Disclaimer: I hope that this post doesn’t make you think I’m a technophobe because I definitely support and embrace technological advancements! I just think that it’s easy to get carried away with only considering the good that technology brings, and ignoring the bad.



10 thoughts on “Technology’s Weak Side

  1. Couldn’t agree more with the main thrust of your argument, but there are a number of claims within it that give me pause. I won’t draw them out since there’s no reason to play gotcha.

    Warnings against being too caught up in the so-called technological sublime have been issued for many generations. The latest instantiation (the Internet in its many manifestations) is arguably the most ubiquitous and enveloping, especially to human thought-worlds, but it’s hardly alone in its wholesale transformation of what it means to be alive on the planet. Previous candidates include the TV, automobile, radio, steam engine, printing press, mechanical clock, writing, agriculture, and wheel. Each has estranged us more and more from the natural world (since humans are in truth animals) and driven us toward what we recognize today as an abstract, instrumental, virtual reality. We all start out in infancy in a state of nature and only gradually accept the dominant technological worldview via socialization as we gain sophistication and maturity. For those of us who reached adulthood prior to the onset of the Internet, there is no difficulty remembering what it was like to participate in social networks unmediated by electronics. I only began using computers in my late 20s, and things still got done before then, and in many ways, better than they do now.

    I’d recommend reading Neil Postman’s book Technopoly, nearly 25 years old now, for a thoughtful critique.

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  2. In the early-mid 20th century, a number of well-known philosophers were warning of the dehumanization associated with technology. Now 74, I completely agree with them. A recent example is the TED talk “A black man undercover in the alt-right | Theo E.J. Wilson | TEDxMileHigh” (20170814) wherein Wilson came to have compassion for the ultra-right individuals and their human struggle, not acceptance but compassion, emphasizing the human need for connection, something that cannot be fully appreciated by techno-connection.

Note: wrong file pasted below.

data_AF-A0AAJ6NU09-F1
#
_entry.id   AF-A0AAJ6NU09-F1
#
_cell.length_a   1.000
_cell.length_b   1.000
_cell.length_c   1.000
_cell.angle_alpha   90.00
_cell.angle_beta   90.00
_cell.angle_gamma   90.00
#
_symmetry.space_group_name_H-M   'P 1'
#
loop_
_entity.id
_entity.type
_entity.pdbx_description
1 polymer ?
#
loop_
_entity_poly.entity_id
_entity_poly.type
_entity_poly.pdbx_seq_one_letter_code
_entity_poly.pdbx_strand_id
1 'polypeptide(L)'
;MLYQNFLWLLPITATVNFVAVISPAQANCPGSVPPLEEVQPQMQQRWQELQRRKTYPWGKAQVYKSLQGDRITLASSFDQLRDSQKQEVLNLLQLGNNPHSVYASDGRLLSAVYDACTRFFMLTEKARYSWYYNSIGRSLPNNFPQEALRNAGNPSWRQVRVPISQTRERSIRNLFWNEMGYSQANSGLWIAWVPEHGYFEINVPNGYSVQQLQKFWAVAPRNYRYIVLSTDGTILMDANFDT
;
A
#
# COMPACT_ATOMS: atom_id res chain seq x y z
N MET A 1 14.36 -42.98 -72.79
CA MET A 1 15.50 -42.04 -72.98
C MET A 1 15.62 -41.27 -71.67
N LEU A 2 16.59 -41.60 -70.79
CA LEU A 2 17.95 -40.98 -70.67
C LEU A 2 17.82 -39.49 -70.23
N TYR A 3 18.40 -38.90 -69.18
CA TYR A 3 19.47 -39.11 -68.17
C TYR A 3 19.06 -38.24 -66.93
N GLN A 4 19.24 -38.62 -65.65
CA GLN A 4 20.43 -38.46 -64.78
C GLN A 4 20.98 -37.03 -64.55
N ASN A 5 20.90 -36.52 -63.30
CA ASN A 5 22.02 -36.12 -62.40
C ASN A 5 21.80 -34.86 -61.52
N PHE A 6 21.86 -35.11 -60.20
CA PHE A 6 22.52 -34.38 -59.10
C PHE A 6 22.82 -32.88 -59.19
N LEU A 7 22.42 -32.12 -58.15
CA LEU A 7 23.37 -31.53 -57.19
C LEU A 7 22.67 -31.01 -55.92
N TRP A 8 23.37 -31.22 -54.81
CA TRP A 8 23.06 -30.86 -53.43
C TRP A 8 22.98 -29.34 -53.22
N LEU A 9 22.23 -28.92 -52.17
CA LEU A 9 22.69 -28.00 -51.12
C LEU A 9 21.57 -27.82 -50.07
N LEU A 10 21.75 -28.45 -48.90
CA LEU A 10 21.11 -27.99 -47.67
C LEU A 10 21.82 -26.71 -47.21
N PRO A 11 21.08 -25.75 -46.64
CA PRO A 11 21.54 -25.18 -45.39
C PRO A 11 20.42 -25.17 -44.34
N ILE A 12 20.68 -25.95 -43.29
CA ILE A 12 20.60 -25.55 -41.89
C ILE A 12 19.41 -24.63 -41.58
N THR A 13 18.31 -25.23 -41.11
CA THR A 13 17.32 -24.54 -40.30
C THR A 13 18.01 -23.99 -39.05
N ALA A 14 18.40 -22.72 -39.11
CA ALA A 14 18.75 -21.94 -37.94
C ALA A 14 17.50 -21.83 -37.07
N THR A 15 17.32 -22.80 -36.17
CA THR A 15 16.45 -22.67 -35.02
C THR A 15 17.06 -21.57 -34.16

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  3. I recently had my internet connection severed because of…well I am not sure. I had installed an app on my phone that let me cast a video to my new television. I was very excited and happy with this. It meant I could move my television around without moving wires. (I don’t watch much other than Star Trek in all its versions.) But then everything went terribly wrong. I spent three days on the phone with various providers techies and (they were very kind to me) all for what? A distraction! It was also possibly the nicest weekend of the summer. THIS IS MADNESS! I had to reset things to factory settings and that meant dealing with all the passwords I had forgotten for apps I didn’t know I had. Happy to say that I got my entertainment appliances all working again and have gone back to ignoring the various Star Trek re-incarnations I like to have playing while I sew. Brave New Crazy World. Brave New Crazy Me.